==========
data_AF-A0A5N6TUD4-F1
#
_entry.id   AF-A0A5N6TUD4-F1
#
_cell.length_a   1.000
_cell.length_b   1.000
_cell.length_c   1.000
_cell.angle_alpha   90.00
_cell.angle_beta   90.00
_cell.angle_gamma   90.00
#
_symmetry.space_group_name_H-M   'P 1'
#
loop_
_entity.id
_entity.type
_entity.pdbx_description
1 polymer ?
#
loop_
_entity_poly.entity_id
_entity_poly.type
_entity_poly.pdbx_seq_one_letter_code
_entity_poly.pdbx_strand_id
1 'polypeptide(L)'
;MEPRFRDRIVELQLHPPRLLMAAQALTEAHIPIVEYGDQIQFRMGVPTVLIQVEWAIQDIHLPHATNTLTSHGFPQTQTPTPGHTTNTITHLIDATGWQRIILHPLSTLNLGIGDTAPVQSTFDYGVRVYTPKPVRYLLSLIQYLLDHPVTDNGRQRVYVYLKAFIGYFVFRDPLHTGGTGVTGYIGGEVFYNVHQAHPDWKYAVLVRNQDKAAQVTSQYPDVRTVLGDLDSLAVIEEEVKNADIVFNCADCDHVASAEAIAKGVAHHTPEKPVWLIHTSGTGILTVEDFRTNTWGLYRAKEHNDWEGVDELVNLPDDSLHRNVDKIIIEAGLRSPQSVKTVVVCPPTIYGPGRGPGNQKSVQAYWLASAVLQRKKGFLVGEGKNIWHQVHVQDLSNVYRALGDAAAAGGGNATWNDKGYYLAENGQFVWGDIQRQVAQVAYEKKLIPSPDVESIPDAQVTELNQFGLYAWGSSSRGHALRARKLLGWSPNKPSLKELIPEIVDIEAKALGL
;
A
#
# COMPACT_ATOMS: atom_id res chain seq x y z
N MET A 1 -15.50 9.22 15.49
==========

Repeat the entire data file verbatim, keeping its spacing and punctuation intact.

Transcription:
data_AF-A0A5N6TUD4-F1
#
_entry.id   AF-A0A5N6TUD4-F1
#
_cell.length_a   1.000
_cell.length_b   1.000
_cell.length_c   1.000
_cell.angle_alpha   90.00
_cell.angle_beta   90.00
_cell.angle_gamma   90.00
#
_symmetry.space_group_name_H-M   'P 1'
#
loop_
_entity.id
_entity.type
_entity.pdbx_description
1 polymer ?
#
loop_
_entity_poly.entity_id
_entity_poly.type
_entity_poly.pdbx_seq_one_letter_code
_entity_poly.pdbx_strand_id
1 'polypeptide(L)'
;MEPRFRDRIVELQLHPPRLLMAAQALTEAHIPIVEYGDQIQFRMGVPTVLIQVEWAIQDIHLPHATNTLTSHGFPQTQTPTPGHTTNTITHLIDATGWQRIILHPLSTLNLGIGDTAPVQSTFDYGVRVYTPKPVRYLLSLIQYLLDHPVTDNGRQRVYVYLKAFIGYFVFRDPLHTGGTGVTGYIGGEVFYNVHQAHPDWKYAVLVRNQDKAAQVTSQYPDVRTVLGDLDSLAVIEEEVKNADIVFNCADCDHVASAEAIAKGVAHHTPEKPVWLIHTSGTGILTVEDFRTNTWGLYRAKEHNDWEGVDELVNLPDDSLHRNVDKIIIEAGLRSPQSVKTVVVCPPTIYGPGRGPGNQKSVQAYWLASAVLQRKKGFLVGEGKNIWHQVHVQDLSNVYRALGDAAAAGGGNATWNDKGYYLAENGQFVWGDIQRQVAQVAYEKKLIPSPDVESIPDAQVTELNQFGLYAWGSSSRGHALRARKLLGWSPNKPSLKELIPEIVDIEAKALGL
;
A
#
# COMPACT_ATOMS: atom_id res chain seq x y z
N MET A 1 -15.50 9.22 15.49